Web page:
We all know this is a weenie:
But did you know that this is too?
In the More-Useless-Information-I-Learned-From-the-Internet Department, I found out a new definition for this inherently funny word yesterday.
Appearing as both “weenie” and “wienie” on various web sites devoted to Disneyana, the term describes an architectural construction which draws the eye and tempts the visitor to venture further into the diabolical design that is the Disney theme park.
John Hench, author of Designing Disney, and a member of Walt’s original team, spells it wienie. The concept apparently came from Disney’s experience of training dogs with “wienies”—that’s hot dogs, frankfurters or wieners (from wienerwurst, or Vienna sausage), to you. Hench describes the human, theme-park purpose of the wienie in a profile from the NYT archives:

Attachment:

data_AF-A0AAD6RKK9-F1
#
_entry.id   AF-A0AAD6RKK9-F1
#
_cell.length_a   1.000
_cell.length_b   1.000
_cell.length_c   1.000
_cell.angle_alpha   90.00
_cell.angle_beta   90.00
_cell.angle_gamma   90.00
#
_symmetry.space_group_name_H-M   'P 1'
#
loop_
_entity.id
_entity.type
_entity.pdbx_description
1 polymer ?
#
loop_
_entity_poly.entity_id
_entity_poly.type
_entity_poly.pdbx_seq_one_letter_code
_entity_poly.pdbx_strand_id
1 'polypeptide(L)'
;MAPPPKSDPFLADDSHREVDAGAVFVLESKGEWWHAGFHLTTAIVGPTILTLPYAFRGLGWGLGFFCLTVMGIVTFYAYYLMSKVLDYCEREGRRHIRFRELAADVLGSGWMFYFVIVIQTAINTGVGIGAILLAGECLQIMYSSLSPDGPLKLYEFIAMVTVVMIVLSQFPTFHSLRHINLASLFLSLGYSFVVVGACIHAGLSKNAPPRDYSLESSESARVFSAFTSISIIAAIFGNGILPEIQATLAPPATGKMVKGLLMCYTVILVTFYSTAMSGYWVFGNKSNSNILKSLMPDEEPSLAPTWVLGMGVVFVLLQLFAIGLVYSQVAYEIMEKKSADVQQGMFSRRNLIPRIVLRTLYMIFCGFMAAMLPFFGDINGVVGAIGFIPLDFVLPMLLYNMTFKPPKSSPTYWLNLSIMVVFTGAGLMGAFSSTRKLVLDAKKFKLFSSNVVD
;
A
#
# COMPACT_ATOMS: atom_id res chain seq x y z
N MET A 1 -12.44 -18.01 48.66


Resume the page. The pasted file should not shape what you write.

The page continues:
The wienie is really a beckoning finger…It’s kind of a reward. If you have a corridor, at the end there has to be something to justify you going that distance.
The photograph above shows Sleeping Beauty Castle, a wienie that draws the hapless Disneyland visitor down Main Street and toward Fantasyland. And speaking of Fantasyland, one of my favorite things about Disney’s term is its resemblance to the German wie nie, which translates roughly to “as never before.”
Whether or not Walt chose this unorthodox spelling on purpose, the vision it conjures when taken literally in German is perfectly apt: Spaceship Earth, the enormous silver ball that sucks visitors into Disney’s Epcot Center and which Slate’s Seth Stevenson describes as “perhaps the wieniest of all wienies,” is powerful precisely because it is like nothing visitors have ever seen before. The 77-foot Sleeping Beauty Castle, scaled to be a welcoming beacon rather than a forbidding fortress, is something that belongs in the Neverlands that Disney built–a big fat wie nie.